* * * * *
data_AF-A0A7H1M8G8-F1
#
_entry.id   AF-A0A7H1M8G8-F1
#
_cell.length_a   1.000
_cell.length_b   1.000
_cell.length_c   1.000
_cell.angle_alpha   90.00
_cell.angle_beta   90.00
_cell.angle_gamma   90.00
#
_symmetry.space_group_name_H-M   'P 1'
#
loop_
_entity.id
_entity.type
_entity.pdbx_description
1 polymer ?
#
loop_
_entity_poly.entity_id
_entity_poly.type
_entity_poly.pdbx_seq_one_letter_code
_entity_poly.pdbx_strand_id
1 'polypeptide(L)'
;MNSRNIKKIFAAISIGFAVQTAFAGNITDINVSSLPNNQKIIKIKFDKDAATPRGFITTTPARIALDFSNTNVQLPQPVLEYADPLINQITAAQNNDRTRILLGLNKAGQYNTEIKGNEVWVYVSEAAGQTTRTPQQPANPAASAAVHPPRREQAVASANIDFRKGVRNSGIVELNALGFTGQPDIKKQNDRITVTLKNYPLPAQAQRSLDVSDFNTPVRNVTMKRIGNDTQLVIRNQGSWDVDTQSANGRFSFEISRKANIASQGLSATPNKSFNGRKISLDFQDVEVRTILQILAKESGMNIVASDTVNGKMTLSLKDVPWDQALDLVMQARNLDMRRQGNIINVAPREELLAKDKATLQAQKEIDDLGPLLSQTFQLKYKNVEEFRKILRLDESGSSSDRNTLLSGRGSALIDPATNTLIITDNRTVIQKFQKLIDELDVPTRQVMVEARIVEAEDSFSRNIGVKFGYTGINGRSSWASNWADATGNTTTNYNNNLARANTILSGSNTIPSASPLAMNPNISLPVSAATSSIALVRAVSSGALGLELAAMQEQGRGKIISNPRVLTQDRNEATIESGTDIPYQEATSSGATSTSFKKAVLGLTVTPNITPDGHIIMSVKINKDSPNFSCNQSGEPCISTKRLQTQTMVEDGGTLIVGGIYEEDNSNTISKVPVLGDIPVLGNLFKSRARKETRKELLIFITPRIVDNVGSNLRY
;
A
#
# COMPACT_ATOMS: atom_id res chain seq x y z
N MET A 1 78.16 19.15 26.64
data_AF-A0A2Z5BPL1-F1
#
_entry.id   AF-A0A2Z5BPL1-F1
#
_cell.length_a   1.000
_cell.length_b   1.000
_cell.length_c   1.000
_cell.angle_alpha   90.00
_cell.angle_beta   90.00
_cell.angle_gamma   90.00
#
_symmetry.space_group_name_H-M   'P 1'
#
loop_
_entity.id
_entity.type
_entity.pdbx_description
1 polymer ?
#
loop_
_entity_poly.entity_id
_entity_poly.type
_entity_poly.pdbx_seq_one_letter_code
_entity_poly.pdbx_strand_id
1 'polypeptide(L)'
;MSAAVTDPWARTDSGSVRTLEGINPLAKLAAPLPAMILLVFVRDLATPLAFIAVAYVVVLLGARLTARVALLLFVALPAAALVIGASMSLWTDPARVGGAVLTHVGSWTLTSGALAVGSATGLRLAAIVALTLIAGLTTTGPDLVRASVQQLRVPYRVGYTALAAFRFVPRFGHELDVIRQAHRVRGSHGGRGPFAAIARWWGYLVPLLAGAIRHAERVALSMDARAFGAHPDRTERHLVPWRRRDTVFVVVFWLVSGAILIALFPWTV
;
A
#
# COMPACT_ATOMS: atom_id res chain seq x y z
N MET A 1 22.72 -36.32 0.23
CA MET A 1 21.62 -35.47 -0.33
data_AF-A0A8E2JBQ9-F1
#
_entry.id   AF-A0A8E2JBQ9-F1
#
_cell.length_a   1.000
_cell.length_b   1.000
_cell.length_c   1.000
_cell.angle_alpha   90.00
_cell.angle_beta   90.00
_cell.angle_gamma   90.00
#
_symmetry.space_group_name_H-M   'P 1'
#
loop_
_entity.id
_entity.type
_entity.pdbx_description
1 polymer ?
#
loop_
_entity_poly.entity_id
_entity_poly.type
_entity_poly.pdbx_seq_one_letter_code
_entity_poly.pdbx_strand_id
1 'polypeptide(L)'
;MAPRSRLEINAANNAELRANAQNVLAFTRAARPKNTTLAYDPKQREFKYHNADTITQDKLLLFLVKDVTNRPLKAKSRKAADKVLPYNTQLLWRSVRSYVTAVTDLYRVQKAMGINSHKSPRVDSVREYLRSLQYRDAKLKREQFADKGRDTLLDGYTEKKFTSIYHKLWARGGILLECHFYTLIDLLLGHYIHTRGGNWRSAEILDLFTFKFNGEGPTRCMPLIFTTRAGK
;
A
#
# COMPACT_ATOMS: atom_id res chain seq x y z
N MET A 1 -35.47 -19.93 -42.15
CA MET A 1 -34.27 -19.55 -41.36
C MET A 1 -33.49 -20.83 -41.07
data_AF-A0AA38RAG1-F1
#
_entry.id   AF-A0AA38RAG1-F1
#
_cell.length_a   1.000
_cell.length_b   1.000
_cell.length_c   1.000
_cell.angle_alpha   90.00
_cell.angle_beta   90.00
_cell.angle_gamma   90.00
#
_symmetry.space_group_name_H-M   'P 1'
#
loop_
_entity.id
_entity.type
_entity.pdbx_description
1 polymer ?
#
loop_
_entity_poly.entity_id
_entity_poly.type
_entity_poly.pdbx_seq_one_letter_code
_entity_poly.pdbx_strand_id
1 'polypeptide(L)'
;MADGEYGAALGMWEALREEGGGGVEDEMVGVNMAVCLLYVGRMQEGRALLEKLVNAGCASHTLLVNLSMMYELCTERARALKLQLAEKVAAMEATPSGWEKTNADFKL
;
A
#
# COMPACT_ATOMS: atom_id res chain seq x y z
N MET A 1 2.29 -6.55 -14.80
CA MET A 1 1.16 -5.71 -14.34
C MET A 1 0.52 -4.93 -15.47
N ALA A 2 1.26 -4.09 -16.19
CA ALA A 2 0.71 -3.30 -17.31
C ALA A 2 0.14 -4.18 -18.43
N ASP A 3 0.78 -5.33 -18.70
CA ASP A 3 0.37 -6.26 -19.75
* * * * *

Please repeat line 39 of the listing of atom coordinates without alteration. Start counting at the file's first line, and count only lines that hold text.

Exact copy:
_cell.angle_alpha   90.00